|THE ELECTRIC LIGHT.|
THE subject of this evening's discourse was proposed by our late honorary secretary. That word "late" has for me its own connotations. It implies, among other things, the loss of a comrade by whose side I have worked for thirteen years. On the other hand, regret is not without its opposite in the feeling with which I have seen him rise by sheer intrinsic merit, moral and intellectual, to the highest official position which it is in the power of English science to bestow. Well, he, whose constant desire and practice were to promote the interests and extend the usefulness of this institution, thought that, at a time when the electric light occupied so much of public attention, a few sound notions regarding it, on the more purely scientific side, might, to use his own pithy expression, be "planted" in the public mind. I am here to-night with the view of trying, to the best of my ability, to realize the idea of our friend.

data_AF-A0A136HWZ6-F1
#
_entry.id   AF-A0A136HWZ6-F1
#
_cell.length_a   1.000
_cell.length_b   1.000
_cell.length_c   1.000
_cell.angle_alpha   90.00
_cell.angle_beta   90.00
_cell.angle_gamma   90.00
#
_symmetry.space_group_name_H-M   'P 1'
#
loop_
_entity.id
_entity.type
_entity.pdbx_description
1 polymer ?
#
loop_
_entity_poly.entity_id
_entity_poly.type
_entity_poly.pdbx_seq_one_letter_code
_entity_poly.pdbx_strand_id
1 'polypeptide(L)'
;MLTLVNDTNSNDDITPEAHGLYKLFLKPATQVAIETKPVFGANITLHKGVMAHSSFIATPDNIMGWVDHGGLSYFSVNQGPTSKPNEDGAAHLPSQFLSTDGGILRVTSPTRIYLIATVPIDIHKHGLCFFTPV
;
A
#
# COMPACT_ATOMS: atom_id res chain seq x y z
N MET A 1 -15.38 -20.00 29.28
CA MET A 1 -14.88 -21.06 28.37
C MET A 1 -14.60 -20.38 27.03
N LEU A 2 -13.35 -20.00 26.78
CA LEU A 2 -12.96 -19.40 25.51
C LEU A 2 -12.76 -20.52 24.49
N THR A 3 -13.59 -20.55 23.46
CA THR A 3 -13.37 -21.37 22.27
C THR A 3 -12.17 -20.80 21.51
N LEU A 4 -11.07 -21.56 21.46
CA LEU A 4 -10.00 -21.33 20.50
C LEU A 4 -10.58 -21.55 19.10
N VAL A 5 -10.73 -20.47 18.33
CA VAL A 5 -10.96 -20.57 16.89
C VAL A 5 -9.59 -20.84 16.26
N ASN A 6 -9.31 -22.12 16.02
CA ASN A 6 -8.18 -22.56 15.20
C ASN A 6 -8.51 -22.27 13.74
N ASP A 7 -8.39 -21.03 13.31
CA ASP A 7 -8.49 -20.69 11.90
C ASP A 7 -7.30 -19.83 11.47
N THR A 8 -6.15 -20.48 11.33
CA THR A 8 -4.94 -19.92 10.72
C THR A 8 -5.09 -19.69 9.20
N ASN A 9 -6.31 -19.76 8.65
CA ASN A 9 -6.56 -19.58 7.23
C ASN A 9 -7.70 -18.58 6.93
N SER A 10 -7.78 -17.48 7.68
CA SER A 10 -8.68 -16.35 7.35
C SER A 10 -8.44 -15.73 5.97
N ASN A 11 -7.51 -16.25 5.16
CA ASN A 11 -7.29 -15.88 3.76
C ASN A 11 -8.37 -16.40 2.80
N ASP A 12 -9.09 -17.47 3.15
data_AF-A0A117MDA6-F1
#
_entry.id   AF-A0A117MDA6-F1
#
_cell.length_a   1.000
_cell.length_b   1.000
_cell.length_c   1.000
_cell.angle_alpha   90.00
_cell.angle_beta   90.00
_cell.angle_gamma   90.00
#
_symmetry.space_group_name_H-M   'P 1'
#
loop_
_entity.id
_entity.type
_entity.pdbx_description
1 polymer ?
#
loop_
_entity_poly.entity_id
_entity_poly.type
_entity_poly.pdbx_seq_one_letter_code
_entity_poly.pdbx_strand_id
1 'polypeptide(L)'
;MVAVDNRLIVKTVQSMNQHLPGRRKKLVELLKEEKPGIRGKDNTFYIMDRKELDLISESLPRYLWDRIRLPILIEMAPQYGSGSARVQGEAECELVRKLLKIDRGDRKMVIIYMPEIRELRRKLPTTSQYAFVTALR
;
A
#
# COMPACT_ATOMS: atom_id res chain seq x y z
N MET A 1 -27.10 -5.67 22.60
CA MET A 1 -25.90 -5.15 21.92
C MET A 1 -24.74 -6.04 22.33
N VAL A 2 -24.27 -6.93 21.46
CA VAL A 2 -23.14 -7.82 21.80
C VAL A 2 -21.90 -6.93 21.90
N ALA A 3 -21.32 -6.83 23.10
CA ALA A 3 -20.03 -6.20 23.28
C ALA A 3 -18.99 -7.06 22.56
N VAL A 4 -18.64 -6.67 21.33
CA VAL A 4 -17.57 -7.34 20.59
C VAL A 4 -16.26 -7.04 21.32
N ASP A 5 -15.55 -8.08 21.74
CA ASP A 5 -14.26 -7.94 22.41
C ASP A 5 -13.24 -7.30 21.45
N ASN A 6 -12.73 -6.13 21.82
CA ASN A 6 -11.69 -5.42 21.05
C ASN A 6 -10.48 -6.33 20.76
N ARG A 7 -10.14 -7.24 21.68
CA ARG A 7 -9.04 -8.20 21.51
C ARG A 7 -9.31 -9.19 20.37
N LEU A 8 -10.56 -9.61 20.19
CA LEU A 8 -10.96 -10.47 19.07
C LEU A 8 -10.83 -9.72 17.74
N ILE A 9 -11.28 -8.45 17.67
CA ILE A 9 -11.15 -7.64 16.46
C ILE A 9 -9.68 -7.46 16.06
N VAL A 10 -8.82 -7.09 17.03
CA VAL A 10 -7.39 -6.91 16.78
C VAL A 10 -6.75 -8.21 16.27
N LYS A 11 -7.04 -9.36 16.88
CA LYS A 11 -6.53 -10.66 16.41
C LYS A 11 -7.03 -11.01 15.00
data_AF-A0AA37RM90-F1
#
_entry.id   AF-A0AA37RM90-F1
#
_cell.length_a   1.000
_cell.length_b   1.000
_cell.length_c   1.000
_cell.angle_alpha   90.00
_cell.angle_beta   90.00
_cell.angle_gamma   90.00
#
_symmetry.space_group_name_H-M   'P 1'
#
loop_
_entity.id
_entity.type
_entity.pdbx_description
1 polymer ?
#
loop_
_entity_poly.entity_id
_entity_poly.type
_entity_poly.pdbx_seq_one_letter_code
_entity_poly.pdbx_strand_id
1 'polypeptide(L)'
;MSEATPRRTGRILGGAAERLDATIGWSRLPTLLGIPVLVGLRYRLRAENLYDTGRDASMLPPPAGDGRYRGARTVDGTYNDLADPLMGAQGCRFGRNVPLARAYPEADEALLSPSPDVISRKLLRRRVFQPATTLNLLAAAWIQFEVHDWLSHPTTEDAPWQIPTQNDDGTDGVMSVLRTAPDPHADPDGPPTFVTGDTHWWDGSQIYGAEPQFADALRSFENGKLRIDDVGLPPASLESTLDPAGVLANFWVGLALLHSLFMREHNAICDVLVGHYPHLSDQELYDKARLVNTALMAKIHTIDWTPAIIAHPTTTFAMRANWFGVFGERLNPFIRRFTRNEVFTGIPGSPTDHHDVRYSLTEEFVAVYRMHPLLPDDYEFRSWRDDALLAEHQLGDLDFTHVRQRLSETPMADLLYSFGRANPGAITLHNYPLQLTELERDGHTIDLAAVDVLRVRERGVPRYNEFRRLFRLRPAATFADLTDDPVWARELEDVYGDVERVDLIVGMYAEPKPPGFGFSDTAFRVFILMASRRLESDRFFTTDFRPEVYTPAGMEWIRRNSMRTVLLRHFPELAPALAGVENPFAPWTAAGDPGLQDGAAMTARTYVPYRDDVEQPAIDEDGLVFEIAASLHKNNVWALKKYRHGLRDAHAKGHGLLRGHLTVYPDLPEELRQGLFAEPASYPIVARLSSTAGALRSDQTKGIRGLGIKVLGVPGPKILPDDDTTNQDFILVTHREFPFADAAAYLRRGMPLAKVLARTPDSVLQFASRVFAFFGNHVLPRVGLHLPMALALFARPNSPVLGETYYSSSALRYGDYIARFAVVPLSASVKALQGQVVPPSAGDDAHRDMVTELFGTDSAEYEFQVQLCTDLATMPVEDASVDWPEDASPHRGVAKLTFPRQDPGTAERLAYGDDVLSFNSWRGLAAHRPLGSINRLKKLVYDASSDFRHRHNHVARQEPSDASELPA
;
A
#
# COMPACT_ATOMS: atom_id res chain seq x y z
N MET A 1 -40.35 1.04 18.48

In the year 1800 Volta announced his immortal discovery of the pile. Whetted to eagerness by the previous conflict between him and Galvani, the scientific men of the age flung themselves with ardor upon the new discovery, repeating Volta's experiments, and extending them in many ways. The light and heat of the voltaic circuit attracted marked attention, and in the innumerable tests and trials to which this question was subjected, the utility of platinum and charcoal as means of exalting the light was on all hands recognized. Mr. Children, with a battery surpassing in strength all its predecessors, fused platinum wires eighteen inches long, while "points of charcoal produced a light
- A discourse delivered at the Royal Institution of Great Britain on Friday, January 17, 1879.
- Mr. William Spottiswoode, now President of the Royal Society.